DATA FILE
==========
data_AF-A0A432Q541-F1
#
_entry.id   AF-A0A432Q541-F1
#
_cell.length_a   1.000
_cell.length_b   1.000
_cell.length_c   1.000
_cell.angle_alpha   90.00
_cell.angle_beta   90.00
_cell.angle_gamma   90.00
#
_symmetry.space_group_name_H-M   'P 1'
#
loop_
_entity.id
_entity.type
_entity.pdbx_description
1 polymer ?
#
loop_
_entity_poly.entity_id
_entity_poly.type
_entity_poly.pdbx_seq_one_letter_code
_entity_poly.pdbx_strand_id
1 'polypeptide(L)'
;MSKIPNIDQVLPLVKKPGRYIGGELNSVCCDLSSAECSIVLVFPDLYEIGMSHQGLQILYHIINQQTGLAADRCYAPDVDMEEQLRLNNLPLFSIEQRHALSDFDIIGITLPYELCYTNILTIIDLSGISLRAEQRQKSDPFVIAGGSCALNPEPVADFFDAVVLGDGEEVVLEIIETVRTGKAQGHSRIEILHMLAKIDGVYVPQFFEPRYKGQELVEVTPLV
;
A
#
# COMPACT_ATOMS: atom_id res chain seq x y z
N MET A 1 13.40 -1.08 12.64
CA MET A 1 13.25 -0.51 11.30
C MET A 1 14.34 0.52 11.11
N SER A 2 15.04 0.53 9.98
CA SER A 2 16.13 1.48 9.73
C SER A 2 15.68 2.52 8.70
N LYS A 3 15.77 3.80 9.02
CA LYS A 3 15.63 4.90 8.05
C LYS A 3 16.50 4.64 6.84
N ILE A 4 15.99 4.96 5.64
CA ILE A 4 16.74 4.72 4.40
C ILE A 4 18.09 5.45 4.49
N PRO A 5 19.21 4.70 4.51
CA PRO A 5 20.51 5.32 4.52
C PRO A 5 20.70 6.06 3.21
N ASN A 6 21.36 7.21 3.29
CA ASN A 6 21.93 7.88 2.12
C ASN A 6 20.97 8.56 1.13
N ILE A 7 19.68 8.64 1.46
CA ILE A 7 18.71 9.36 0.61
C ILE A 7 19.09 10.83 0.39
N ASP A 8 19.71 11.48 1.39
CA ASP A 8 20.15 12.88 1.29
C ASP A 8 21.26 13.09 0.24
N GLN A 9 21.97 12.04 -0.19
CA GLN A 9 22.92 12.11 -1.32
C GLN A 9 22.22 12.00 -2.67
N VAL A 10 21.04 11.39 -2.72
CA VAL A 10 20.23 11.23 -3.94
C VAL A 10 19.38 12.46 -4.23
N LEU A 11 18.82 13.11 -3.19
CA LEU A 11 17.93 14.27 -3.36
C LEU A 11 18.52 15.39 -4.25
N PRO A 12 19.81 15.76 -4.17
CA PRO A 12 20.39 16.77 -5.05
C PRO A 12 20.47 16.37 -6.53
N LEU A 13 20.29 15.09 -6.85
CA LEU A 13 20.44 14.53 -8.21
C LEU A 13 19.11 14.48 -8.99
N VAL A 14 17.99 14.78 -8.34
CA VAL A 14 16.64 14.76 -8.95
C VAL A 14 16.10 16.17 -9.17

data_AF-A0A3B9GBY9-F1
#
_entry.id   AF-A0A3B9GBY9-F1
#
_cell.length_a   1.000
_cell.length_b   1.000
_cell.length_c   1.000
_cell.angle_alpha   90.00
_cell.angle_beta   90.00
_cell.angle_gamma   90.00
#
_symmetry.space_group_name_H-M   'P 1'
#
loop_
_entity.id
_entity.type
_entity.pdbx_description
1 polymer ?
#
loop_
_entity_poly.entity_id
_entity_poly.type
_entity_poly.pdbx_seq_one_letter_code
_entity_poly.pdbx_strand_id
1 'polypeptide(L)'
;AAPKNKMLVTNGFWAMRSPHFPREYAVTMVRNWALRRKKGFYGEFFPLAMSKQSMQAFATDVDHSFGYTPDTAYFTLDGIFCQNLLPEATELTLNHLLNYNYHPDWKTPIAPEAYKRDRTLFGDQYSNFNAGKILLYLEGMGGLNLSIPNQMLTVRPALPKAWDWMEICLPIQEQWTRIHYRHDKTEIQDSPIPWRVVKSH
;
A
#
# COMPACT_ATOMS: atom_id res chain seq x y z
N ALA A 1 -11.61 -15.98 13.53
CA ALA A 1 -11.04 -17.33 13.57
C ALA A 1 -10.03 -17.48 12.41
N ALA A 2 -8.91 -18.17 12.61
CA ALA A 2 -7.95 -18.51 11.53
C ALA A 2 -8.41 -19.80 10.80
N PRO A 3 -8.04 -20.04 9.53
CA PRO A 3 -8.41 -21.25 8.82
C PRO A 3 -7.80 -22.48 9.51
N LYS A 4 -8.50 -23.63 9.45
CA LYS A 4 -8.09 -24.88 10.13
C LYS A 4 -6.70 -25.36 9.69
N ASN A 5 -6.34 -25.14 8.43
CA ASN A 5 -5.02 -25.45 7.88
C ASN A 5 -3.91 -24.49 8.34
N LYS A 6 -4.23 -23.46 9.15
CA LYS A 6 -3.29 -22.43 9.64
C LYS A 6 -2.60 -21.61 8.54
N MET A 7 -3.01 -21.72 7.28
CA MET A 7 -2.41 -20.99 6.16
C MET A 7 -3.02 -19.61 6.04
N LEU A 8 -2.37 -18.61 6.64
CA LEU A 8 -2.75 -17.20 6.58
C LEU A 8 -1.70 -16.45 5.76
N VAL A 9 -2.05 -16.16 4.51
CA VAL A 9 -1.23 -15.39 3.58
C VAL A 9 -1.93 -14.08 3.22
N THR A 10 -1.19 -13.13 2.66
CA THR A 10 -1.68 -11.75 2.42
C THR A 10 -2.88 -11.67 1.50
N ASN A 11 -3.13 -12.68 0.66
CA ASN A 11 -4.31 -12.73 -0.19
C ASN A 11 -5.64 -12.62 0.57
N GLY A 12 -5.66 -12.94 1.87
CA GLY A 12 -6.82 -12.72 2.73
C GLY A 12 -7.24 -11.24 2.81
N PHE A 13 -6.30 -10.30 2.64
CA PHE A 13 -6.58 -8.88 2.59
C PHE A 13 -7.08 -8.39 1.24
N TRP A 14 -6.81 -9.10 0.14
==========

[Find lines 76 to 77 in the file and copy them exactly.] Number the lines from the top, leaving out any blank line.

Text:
#
_cell.length_a   1.000